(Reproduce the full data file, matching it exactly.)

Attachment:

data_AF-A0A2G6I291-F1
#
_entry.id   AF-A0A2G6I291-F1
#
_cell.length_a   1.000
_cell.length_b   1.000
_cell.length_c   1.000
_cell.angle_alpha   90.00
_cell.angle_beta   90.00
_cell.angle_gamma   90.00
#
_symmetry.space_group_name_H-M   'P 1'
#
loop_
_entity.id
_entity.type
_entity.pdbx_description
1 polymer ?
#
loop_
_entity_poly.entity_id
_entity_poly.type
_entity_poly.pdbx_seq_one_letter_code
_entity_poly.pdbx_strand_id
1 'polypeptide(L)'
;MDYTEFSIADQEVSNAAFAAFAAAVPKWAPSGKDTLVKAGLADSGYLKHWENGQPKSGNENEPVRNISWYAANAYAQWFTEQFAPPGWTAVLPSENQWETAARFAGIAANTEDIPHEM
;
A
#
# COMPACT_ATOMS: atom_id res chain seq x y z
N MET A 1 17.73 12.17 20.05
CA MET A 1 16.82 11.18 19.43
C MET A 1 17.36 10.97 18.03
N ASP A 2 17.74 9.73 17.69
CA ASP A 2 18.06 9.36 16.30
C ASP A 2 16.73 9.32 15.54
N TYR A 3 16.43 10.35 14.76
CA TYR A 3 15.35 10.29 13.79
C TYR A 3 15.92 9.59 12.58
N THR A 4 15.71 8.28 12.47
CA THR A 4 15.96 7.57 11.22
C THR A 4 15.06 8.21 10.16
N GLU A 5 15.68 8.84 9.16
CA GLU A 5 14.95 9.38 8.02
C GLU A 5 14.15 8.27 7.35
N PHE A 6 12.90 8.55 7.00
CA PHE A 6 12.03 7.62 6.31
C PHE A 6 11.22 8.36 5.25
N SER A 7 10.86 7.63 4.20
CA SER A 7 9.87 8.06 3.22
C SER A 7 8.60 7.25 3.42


data_AF-A0A2G6I291-F1
#
_entry.id   AF-A0A2G6I291-F1
#
_cell.length_a   1.000
_cell.length_b   1.000
_cell.length_c   1.000
_cell.angle_alpha   90.00
_cell.angle_beta   90.00
_cell.angle_gamma   90.00
#
_symmetry.space_group_name_H-M   'P 1'
#
loop_
_entity.id
_entity.type
_entity.pdbx_description
1 polymer ?
#
loop_
_entity_poly.entity_id
_entity_poly.type
_entity_poly.pdbx_seq_one_letter_code
_entity_poly.pdbx_strand_id
1 'polypeptide(L)'
;MDYTEFSIADQEVSNAAFAAFAAAVPKWAPSGKDTLVKAGLADSGYLKHWENGQPKSGNENEPVRNISWYAANAYAQWFTEQFAPPGWTAVLPSENQWETAARFAGIAANTEDIPHEM
;
A
#
# COMPACT_ATOMS: atom_id res chain seq x y z
N MET A 1 17.73 12.17 20.05
CA MET A 1 16.82 11.18 19.43
C MET A 1 17.36 10.97 18.03
N ASP A 2 17.74 9.73 17.69
CA ASP A 2 18.06 9.36 16.30
C ASP A 2 16.73 9.32 15.54
N TYR A 3 16.43 10.35 14.76
CA TYR A 3 15.35 10.29 13.79
C TYR A 3 15.92 9.59 12.58
N THR A 4 15.71 8.28 12.47
CA THR A 4 15.96 7.57 11.22
C THR A 4 15.06 8.21 10.16
N GLU A 5 15.68 8.84 9.16
CA GLU A 5 14.95 9.38 8.02
C GLU A 5 14.15 8.27 7.35
N PHE A 6 12.90 8.55 7.00
CA PHE A 6 12.03 7.62 6.31
C PHE A 6 11.22 8.36 5.25
N SER A 7 10.86 7.63 4.20
CA SER A 7 9.87 8.06 3.22
C SER A 7 8.60 7.25 3.42